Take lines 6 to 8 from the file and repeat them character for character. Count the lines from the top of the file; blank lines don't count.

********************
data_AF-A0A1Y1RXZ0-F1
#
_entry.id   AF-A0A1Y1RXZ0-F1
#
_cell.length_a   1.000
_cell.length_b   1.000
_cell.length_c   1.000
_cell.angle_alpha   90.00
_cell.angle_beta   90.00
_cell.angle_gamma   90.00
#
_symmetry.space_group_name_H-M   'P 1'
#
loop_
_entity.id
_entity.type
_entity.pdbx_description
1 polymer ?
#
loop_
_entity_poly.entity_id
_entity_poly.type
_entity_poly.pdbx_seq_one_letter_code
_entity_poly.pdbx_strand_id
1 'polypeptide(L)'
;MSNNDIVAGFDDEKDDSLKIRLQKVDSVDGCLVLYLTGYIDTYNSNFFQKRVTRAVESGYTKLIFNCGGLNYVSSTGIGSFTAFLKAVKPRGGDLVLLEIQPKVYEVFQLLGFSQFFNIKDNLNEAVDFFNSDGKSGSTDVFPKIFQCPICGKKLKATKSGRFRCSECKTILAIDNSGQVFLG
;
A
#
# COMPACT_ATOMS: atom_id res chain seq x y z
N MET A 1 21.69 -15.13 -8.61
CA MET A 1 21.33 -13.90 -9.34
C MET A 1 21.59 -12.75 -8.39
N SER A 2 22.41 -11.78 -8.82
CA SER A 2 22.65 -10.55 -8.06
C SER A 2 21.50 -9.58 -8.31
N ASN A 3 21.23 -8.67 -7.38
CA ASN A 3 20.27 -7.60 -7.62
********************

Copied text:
_cell.length_b   1.000
_cell.length_c   1.000
_cell.angle_alpha   90.00